- Author: Mimi M Enright
This is a new model for how the Master Gardeners engage as we hope to share knowledge mutually and learn from each other. In fact during the first work day that we participated in, the Master Gardeners helped pull dandelion weeds and learned that they can be used for medicinal purposes!
Pictured here, at Bayer Farm on Feb. 28, is Master Gardener, Michael Knappman (far right) with Sonoma County LandPath's 'In Our Own Backyard' program counselor, Nick Whitaker along with 4th graders from a nearby school.
They were there to accept the first place award in the 'Community Service' category of the IMG's Search for Excellence for the Garden Sense program. They were proud to represent the hard work & commitment of all of the Garden Sense consultants who make the water conservation program such a huge success. There were over 900 Master Gardeners in attendance at the conference from the United States, Canada and South Korea.
This video demonstrates how home and community gardeners can grow a thriving vegetable garden with less water. In addition, this video is complemented by a planting scheme and a drip system instruction and shopping list that reflects the 4x8-foot demonstration vegetable bed in the video.
For people wondering if they can have a food garden with limited available water, the Food Gardening Specialists (FGS) of the UCCE Sonoma Master Gardeners believe that the answer is, “Yes!” All you need to do is to scale planting to your family's likes and needs and to apply water-wise strategies to your vegetable garden. The video, along with helpful water-wise publications, is available for viewing on the SCMG website: Food Gardening with Less Water.
You CAN have a bountiful, water-wise vegetable garden in a drought!/span>
If you love to garden, want to learn about horticulture and to share your information with others, the Sonoma County Master Gardeners (SCMG) offer you the opportunity to learn and to use your knowledge of gardening to serve the community.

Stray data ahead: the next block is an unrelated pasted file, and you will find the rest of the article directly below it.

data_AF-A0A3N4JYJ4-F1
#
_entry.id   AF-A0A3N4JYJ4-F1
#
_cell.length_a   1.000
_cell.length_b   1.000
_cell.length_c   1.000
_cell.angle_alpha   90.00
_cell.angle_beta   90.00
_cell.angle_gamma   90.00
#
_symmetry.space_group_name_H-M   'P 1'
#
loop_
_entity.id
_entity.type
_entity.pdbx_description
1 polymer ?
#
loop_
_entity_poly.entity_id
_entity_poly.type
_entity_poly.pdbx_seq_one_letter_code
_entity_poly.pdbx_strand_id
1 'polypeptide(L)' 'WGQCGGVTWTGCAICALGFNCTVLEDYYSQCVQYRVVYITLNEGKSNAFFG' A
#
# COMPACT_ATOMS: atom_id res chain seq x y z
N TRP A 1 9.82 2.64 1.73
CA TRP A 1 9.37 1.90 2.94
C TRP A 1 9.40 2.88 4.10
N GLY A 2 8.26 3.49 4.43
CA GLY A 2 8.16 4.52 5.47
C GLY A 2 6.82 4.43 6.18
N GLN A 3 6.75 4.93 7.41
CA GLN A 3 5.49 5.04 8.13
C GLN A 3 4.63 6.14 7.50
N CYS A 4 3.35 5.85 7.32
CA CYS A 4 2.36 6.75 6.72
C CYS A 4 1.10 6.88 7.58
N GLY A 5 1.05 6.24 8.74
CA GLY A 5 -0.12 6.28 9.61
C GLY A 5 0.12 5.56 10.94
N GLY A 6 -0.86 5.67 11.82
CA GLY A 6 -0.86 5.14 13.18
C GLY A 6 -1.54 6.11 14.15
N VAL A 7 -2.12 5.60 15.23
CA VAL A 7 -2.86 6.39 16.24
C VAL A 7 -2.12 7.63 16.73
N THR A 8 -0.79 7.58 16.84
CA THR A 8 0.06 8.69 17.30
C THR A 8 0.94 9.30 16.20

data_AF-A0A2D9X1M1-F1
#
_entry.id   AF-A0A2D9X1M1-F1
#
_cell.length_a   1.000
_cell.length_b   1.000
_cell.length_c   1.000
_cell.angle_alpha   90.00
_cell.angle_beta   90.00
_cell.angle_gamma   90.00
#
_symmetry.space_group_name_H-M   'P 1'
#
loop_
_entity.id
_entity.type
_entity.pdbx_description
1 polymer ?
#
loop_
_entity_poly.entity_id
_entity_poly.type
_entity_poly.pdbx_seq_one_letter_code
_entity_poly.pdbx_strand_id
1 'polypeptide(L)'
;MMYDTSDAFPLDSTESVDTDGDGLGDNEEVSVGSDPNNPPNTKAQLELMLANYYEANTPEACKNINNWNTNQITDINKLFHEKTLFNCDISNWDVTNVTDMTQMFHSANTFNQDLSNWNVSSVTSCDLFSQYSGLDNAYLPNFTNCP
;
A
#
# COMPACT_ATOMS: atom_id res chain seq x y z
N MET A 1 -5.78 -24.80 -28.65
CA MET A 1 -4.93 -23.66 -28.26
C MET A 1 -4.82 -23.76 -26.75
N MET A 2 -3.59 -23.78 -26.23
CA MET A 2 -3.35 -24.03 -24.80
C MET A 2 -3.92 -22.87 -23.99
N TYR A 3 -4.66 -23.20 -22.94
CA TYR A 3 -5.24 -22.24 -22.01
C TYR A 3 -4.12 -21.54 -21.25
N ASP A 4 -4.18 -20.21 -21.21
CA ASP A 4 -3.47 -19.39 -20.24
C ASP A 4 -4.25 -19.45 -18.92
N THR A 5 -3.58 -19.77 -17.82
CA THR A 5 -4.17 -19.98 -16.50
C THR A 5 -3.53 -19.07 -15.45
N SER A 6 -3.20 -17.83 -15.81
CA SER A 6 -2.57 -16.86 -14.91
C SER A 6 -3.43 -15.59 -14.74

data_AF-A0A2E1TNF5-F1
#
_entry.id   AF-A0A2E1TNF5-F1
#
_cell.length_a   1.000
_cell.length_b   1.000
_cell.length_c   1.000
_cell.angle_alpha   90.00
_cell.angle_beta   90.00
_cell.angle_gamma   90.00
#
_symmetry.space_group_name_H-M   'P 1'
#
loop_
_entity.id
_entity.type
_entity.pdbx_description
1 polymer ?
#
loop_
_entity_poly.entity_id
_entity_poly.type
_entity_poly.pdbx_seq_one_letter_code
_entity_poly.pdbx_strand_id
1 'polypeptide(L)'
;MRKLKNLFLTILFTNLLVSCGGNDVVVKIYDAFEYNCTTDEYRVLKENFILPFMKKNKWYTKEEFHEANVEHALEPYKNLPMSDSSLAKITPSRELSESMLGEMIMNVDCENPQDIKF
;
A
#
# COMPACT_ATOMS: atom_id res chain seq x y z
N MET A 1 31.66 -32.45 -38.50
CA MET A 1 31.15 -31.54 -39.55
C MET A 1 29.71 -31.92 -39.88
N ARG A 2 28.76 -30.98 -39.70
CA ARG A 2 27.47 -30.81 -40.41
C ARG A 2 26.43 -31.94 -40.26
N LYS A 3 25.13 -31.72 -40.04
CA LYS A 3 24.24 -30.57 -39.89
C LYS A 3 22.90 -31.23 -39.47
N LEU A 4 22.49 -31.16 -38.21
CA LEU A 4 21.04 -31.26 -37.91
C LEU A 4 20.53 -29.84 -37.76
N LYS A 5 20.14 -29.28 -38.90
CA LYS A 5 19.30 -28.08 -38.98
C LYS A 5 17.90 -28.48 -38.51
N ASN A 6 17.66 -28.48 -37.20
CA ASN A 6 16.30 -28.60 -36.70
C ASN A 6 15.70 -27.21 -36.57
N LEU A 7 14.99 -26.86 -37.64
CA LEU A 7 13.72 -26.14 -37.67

The Sonoma County Master Gardener program is a volunteer organization that extends the research and education of the University of California to Sonoma County home gardeners. Each trainee must have a commitment to community service in Sonoma County and be willing to volunteer as an agent of the University of California Cooperative Extension. Master Gardeners are people of all ages and from all walks of life. They include businessmen and women, professionals, educators, retirees, homemakers, and students — all with some knowledge of plants and gardening. Master Gardeners must be enthusiastic, willing to learn and help others, and must be able to communicate with diverse groups of people.
Master Gardener trainees attend a training program comprising approximately one hundred fifteen hours of instruction in plant science and horticulture covering such topics as soils, fertilizers, irrigation, weeds, diseases, insects and other pests, fruit and landscape trees, vegetables, xeriscaping, and more. Each trainee receives The California Master Gardener Handbook as well as other UCCE publications. Classes are taught by experts in their fields. They include Cooperative Extension Advisors and specialists from the University of California at Berkeley and Davis, local community college faculty, and other knowledgeable resource people.
Training classes will be held on Thursdays, usually from 1:00 p.m. to 5:00 p.m. (some starting at 9:00 a.m.) from January through the middle of May. There will be a few classes held on Saturday
Applications must be received by 5pm, September 25.
The garden is located in the outdoor patio at Hall of Flowers. Master Gardener docents will be available on-site from 11 a.m. until 6 p.m. Sonoma County Fair runs July 24 through August 9, closed Mondays.
Here are pictures of this year's demo garden.